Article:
Steering system 604 may control the direction or steering of the vehicle in response to commands received from machine controller 602. Steering system 604 may be, for example, an electrically controlled hydraulic steering system, an electrically driven rack and pinion steering system, an Ackerman steering system, a skid-steer steering system, a differential steering system, or some other suitable steering system.

Braking system 606 may slow down and/or stop the vehicle in response to commands from machine controller 602. Braking system 606 may be an electrically controlled steering system. This steering system may be, for example, a hydraulic braking system, a friction braking system, or some other suitable braking system that may be electrically controlled.

In these examples, propulsion system 608 may move the vehicle in response to commands from machine controller 602. Propulsion system 608 may maintain or increase the speed at which a vehicle moves in response to instructions received from machine controller 602. Propulsion system 608 may be an electrically controlled propulsion system. Propulsion system 608 may be, for example, an internal combustion engine, an internal combustion engine/electric hybrid system, an electric engine, or some other suitable propulsion system.

Sensor system 610 includes a perception system and may be a set of sensors used to collect information about systems and the environment around a vehicle. In these examples, the information is sent to machine controller 602 to provide data in identifying how the vehicle should move in different modes of operation. In these examples, a set refers to one or more items. A set of sensors is one or more sensors in these examples.

Communication unit 612 includes a communications system and may provide multiple redundant communication links and channels to machine controller 602 to receive information. The communication links and channels may be heterogeneous and/or homogeneous redundant components that provide fail-safe communication. This information includes, for example, data, commands, and/or instructions. Communication unit 612 may take various forms. For example, communication unit 612 may include a wireless communications system, such as a cellular phone system, a Wi-Fi wireless system, a Bluetooth wireless system, and/or some other suitable wireless communications system. Further, communication unit 612 also may include a communications port, such as, for example, a universal serial bus port, a serial interface, a parallel port interface, a network interface, and/or some other suitable port to provide a physical communications link. Communication unit 612 may be used to communicate with a remote location or an operator.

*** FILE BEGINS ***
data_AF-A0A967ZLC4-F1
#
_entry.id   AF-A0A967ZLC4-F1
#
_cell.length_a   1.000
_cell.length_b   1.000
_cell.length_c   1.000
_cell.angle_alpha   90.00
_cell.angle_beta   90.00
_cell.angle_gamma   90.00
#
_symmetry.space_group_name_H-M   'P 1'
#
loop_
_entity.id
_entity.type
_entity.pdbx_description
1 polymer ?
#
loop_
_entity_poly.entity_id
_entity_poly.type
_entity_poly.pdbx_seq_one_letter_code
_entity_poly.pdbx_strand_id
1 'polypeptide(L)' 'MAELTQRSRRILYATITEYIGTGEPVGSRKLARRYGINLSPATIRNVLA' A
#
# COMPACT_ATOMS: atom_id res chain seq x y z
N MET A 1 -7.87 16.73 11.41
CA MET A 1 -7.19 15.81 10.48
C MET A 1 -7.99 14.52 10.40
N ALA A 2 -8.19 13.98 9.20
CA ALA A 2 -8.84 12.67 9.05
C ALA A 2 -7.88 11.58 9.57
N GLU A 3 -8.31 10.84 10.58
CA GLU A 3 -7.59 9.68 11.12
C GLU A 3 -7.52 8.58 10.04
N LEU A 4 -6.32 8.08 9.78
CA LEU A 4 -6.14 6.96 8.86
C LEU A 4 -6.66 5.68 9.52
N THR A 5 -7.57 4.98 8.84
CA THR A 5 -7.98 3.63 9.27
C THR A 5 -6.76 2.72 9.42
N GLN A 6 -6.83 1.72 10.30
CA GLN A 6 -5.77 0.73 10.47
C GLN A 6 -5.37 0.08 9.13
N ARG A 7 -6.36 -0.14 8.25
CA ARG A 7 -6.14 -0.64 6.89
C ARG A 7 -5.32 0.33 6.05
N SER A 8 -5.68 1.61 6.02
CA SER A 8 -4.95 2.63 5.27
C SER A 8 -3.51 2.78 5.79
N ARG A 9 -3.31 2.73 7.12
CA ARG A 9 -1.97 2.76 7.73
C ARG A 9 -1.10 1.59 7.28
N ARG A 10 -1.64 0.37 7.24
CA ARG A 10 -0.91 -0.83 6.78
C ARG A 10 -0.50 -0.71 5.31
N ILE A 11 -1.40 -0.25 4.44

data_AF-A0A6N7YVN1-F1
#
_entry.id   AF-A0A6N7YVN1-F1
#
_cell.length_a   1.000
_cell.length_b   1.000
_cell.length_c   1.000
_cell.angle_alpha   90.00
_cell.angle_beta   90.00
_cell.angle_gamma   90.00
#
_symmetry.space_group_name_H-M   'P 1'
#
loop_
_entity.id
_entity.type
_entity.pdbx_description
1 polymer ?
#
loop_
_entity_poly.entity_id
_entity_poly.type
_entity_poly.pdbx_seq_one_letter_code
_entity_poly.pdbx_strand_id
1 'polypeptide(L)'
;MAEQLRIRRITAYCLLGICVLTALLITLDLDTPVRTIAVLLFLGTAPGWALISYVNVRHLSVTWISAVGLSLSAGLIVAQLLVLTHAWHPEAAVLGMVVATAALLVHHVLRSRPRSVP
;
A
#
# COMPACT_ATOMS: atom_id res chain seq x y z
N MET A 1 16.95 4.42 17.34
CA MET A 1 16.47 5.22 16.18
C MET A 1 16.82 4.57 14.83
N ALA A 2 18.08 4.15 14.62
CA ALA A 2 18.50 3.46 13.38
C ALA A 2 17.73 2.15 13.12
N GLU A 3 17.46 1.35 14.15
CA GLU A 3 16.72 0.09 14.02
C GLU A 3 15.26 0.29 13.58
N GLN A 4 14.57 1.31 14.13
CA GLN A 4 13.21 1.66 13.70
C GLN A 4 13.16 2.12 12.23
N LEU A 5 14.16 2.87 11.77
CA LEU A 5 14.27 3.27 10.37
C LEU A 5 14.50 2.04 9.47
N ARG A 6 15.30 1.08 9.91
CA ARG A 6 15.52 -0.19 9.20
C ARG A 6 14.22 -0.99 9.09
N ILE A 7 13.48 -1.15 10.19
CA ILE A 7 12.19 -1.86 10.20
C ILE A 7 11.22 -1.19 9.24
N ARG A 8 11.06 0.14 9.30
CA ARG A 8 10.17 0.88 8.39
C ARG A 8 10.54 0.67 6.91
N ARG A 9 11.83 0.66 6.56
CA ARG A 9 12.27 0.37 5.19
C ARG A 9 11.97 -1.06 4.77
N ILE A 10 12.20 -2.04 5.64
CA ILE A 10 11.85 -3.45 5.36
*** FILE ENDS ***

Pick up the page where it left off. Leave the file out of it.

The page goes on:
Behavior system 616 contains behavior library 618, which in turn contains various behavioral processes specific to machine coordination that can be called and executed by machine controller 602. Behavior system 616 may be implemented in a remote location or in one or more vehicles. Behavior system 616 may be distributed throughout multiple vehicles, or reside locally on one control vehicle, such as vehicle architecture 500 in FIG. 5. In an illustrative embodiment, where behavior system 616 resides on one control vehicle, the control vehicle may distribute behavior libraries as needed to one or more other vehicles. In another illustrative embodiment, some components of behavior system 616 may be located in a control vehicle or in one or more vehicles, while other components of behavior system 616 may be located in a back office or remote location (not shown). For example, behavior library 618 may be located on a vehicle while other aspects of behavior system 616 are located in a back office or remote location (not shown). In one illustrative embodiment, there may be multiple copies of behavior library 618 within behavior system 616 on vehicle 600 in order to provide redundancy.

Knowledge base 620 contains information about the operating environment, such as, for example, a fixed map showing streets, structures, tree locations, and other static object locations. Knowledge base 620 may also contain information, such as, without limitation, local flora and fauna of the operating environment, current weather for the operating environment, weather history for the operating environment, specific environmental features of the work area that affect the vehicle, and the like. The information in knowledge base 620 may be used to perform classification and plan actions. Knowledge base 620 may be located entirely in vehicle 600 or parts or all of knowledge base 620 may be located in a remote location that is accessed by machine controller 602.